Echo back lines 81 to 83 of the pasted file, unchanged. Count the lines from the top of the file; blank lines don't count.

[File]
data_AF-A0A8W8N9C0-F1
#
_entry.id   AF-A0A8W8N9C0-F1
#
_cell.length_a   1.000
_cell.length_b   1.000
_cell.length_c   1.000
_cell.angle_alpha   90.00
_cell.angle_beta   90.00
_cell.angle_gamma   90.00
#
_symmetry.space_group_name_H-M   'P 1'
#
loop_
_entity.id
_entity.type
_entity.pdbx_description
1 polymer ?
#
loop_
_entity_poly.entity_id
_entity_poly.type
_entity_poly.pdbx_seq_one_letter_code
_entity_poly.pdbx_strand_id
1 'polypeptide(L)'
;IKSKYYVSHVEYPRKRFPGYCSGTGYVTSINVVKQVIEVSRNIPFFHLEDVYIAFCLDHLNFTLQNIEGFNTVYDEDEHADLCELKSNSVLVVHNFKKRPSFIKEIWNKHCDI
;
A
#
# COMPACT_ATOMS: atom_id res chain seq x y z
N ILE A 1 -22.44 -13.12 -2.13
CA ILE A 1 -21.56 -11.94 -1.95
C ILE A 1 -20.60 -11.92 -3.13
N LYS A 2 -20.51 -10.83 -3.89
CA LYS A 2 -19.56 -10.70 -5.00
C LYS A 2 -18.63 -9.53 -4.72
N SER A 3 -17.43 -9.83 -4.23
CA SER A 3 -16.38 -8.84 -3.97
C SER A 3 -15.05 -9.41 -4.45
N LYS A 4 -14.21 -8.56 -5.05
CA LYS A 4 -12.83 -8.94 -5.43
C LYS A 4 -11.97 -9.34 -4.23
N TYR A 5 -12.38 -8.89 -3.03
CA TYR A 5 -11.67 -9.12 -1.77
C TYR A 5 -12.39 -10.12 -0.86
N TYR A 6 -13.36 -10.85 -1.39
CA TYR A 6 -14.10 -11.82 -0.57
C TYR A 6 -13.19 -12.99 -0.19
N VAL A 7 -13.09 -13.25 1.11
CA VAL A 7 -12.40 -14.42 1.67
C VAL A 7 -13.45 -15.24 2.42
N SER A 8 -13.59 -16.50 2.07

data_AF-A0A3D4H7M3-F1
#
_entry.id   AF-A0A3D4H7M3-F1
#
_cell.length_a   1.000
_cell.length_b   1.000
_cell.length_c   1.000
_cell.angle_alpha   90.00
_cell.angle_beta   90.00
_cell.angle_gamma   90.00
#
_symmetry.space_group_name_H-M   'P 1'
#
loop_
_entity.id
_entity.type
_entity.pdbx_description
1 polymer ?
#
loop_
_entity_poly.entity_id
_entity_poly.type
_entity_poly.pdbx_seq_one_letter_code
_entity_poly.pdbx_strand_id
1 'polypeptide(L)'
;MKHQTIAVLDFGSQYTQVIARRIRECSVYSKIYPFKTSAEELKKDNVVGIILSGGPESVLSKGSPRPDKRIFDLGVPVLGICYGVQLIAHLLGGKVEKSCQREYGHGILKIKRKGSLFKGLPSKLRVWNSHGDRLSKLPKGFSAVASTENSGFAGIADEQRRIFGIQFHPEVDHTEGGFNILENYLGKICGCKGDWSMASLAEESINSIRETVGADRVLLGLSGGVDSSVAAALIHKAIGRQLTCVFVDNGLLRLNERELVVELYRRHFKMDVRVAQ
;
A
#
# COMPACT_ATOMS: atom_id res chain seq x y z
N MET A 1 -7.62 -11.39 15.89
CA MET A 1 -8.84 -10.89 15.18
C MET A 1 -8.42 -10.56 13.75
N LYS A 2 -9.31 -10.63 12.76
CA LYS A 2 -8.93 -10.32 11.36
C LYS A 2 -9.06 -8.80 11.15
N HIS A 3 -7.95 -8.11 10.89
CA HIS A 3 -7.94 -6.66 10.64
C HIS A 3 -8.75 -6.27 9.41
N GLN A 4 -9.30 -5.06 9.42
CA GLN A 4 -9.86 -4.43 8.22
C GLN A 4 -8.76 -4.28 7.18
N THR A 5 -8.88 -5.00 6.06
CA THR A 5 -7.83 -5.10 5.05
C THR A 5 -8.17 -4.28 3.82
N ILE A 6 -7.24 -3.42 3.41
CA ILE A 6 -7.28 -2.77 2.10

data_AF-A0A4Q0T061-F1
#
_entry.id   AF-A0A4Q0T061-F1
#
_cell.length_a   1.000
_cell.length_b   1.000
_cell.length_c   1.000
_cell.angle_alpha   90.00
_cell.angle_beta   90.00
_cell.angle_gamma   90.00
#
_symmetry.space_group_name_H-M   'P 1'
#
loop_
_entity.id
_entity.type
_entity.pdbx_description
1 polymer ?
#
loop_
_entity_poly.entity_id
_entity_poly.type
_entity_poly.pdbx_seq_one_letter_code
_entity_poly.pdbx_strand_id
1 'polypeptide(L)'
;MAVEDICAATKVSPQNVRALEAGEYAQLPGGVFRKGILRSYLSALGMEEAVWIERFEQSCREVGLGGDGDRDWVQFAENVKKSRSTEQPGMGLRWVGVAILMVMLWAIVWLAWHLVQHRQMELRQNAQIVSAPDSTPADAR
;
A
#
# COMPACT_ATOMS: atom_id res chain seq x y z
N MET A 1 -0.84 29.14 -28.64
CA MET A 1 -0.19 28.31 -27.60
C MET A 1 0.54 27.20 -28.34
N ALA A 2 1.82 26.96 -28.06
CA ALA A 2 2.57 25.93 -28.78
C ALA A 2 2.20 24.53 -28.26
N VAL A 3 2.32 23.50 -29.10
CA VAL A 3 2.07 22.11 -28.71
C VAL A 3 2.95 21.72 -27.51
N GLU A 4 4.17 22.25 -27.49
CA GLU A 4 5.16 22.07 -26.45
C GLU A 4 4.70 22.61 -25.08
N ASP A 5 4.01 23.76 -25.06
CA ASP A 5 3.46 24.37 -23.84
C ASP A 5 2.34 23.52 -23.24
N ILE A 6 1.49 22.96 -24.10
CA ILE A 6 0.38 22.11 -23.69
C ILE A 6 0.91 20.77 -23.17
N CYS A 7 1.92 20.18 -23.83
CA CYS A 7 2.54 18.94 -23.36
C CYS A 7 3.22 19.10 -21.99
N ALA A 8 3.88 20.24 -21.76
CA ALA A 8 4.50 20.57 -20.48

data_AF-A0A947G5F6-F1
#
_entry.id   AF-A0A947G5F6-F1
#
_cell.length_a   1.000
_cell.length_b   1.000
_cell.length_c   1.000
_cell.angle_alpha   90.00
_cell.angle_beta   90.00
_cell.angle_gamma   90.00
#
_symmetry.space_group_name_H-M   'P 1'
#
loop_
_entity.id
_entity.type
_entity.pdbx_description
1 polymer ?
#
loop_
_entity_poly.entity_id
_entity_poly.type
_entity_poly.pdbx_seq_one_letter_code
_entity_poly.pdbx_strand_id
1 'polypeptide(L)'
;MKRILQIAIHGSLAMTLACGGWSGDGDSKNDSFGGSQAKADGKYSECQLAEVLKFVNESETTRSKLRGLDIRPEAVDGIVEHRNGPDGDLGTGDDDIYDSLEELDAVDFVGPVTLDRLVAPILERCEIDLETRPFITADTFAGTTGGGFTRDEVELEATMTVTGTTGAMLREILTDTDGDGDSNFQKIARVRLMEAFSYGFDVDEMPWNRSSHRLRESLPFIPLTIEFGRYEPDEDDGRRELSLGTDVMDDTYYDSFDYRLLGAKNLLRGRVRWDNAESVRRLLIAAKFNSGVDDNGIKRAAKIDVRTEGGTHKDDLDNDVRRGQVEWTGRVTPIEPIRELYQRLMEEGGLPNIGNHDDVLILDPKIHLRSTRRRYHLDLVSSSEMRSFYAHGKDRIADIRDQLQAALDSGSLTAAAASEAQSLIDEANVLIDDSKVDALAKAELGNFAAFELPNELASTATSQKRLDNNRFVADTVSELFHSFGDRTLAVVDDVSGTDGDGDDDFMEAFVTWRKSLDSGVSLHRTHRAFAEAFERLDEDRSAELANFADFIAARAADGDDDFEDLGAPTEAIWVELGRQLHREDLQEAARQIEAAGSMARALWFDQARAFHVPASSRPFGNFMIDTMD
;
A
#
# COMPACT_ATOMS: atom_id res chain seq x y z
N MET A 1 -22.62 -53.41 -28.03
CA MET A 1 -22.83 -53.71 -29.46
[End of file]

#
# COMPACT_ATOMS: atom_id res chain seq x y z
N MET A 1 -7.62 -11.39 15.89